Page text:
JOHANNESBURG - The rand tumbled more than 1 percent on Wednesday to its softest level in a week after Eskom said it would implement load-shedding for the first time in more than six months due to capacity shortages.
The rand was 1 percent weaker at 15.0550 per dollar, its lowest since 10 October.
Eskom said it will cut up to 2,000 megawatts of power from the national grid on Wednesday due to a shortage of generating capacity, starting at 9am and up until 9pm.
The comments pushed the rand past the crucial 15.00 mark, with deeper losses likely as the session wears on, traders said.
Eskom implemented one of the worst power cuts in several years in February, hurting small businesses without backup power generators and industrial firms that consume large volumes of power.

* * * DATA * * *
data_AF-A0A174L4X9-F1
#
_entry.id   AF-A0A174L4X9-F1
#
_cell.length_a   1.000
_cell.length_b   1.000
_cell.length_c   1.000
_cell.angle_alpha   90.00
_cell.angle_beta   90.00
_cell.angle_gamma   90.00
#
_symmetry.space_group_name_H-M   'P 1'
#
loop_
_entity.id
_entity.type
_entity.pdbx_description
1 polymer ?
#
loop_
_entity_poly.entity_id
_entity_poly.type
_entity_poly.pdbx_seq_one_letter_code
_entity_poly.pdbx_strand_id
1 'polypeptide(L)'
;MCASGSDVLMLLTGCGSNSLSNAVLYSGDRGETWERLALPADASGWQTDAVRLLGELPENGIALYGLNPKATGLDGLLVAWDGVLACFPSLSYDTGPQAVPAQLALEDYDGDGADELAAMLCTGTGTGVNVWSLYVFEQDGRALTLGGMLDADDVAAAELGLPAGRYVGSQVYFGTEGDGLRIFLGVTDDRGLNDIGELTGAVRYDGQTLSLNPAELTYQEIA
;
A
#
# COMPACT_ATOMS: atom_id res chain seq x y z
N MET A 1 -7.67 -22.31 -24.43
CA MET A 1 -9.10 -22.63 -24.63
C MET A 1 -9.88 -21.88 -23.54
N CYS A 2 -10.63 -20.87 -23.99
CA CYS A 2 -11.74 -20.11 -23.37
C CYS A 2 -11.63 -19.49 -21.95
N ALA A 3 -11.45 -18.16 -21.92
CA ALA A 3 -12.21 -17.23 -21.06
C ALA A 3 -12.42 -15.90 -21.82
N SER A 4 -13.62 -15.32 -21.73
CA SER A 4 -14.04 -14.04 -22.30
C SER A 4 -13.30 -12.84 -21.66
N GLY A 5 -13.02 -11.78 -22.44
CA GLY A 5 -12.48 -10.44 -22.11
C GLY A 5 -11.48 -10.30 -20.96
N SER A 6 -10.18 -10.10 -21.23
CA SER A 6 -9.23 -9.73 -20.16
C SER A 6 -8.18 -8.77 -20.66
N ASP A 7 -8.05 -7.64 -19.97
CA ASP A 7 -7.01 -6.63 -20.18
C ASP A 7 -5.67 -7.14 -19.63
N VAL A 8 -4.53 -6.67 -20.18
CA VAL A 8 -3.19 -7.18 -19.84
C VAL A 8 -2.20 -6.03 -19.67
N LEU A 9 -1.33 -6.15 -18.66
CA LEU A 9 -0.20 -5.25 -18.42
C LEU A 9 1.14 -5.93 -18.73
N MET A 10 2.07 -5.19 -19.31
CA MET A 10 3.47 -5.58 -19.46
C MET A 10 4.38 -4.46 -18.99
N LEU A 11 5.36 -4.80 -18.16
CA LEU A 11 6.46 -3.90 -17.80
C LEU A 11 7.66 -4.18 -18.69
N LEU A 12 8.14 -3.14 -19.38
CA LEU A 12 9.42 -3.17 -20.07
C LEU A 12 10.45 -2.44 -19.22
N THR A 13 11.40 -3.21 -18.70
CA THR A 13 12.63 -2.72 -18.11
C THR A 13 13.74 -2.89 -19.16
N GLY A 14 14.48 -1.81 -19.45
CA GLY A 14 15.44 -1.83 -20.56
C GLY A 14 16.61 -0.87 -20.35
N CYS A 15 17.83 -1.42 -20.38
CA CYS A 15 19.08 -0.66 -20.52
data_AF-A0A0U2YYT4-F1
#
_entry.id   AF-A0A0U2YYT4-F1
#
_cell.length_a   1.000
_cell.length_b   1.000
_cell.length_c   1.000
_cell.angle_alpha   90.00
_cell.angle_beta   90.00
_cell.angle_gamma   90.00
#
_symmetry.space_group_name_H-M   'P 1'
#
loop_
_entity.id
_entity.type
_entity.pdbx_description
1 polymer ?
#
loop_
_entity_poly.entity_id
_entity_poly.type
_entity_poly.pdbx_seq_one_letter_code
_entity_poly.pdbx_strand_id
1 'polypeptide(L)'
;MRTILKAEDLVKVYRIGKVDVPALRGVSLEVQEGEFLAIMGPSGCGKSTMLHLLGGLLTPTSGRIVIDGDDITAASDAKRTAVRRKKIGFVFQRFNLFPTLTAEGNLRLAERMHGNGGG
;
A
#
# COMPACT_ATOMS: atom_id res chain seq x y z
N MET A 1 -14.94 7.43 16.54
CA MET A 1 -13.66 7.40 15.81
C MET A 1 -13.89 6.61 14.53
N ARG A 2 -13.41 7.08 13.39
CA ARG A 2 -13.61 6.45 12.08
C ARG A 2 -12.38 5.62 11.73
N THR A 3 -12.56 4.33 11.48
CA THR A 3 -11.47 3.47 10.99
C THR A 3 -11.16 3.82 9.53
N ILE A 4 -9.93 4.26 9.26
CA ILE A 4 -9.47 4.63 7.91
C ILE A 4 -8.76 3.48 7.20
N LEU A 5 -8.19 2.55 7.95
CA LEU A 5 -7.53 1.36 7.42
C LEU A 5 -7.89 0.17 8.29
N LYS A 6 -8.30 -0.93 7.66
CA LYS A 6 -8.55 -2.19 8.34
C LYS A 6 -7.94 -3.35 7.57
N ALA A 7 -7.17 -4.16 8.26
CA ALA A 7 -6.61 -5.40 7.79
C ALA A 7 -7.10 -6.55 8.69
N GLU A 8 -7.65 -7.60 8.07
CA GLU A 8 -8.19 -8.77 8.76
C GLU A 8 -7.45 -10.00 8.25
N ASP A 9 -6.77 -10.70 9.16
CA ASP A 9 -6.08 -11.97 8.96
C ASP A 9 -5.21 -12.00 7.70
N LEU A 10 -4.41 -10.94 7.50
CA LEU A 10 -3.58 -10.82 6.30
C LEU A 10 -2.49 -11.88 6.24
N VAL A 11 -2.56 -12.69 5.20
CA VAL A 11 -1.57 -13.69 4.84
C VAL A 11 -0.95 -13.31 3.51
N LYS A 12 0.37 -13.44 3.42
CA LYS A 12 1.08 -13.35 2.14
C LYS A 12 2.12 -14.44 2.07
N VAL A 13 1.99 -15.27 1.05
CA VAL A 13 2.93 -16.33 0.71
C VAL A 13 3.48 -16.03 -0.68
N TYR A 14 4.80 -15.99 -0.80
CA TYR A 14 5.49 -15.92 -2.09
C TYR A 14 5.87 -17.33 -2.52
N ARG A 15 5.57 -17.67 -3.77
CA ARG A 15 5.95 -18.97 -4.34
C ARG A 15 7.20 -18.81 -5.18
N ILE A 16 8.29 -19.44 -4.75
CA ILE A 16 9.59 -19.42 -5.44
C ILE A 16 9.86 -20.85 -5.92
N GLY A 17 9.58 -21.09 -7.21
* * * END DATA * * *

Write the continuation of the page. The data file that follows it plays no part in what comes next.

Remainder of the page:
“There was an initial knee-jerk reaction to the announcement. And the longer it (blackouts) goes on, the worse it will be for the rand,” said currency dealer at TreasuryOne Andre Botha.
LOAD-SHEDDING: Schedules, info, and how it affects you
“Any improvement (in sentiment) will depend on clarity we get from now on about what is happening. But there’s definitely negative risk across the board,” Botha said.
A debilitating round of power cuts in February and March pushed first-quarter economic growth into contraction and raised the likelihood of the country losing its last investment-grade rating.
Bonds also weakened, with the yield on the benchmark government paper due in 2026 up 3.5 basis points to 8.27 percent.